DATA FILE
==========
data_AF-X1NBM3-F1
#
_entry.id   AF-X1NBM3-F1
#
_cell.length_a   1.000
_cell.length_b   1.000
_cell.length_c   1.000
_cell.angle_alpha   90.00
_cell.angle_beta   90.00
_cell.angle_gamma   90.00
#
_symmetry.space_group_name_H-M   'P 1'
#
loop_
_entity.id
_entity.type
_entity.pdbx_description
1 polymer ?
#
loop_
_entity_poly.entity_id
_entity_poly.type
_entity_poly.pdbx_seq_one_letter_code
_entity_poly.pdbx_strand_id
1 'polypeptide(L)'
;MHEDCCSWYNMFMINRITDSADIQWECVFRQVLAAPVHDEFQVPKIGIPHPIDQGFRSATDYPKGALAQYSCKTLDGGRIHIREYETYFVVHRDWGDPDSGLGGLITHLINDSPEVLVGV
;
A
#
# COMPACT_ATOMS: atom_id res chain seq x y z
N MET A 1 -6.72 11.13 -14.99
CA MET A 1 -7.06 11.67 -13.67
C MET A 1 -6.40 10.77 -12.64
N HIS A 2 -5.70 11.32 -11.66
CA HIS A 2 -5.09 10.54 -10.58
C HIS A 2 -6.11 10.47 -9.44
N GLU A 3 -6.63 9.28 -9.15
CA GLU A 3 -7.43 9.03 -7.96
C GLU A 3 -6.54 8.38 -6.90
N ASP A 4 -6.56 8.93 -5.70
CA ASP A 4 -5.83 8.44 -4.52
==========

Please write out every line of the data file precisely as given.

data_AF-X1NBM3-F1
#
_entry.id   AF-X1NBM3-F1
#
_cell.length_a   1.000
_cell.length_b   1.000
_cell.length_c   1.000
_cell.angle_alpha   90.00
_cell.angle_beta   90.00
_cell.angle_gamma   90.00
#
_symmetry.space_group_name_H-M   'P 1'
#
loop_
_entity.id
_entity.type
_entity.pdbx_description
1 polymer ?
#
loop_
_entity_poly.entity_id
_entity_poly.type
_entity_poly.pdbx_seq_one_letter_code
_entity_poly.pdbx_strand_id
1 'polypeptide(L)'
;MHEDCCSWYNMFMINRITDSADIQWECVFRQVLAAPVHDEFQVPKIGIPHPIDQGFRSATDYPKGALAQYSCKTLDGGRIHIREYETYFVVHRDWGDPDSGLGGLITHLINDSPEVLVGV
;
A
#
# COMPACT_ATOMS: atom_id res chain seq x y z
N MET A 1 -6.72 11.13 -14.99
CA MET A 1 -7.06 11.67 -13.67
C MET A 1 -6.40 10.77 -12.64
N HIS A 2 -5.70 11.32 -11.66
CA HIS A 2 -5.09 10.54 -10.58
C HIS A 2 -6.11 10.47 -9.44
N GLU A 3 -6.63 9.28 -9.15
CA GLU A 3 -7.43 9.03 -7.96
C GLU A 3 -6.54 8.38 -6.90
N ASP A 4 -6.56 8.93 -5.70
CA ASP A 4 -5.83 8.44 -4.52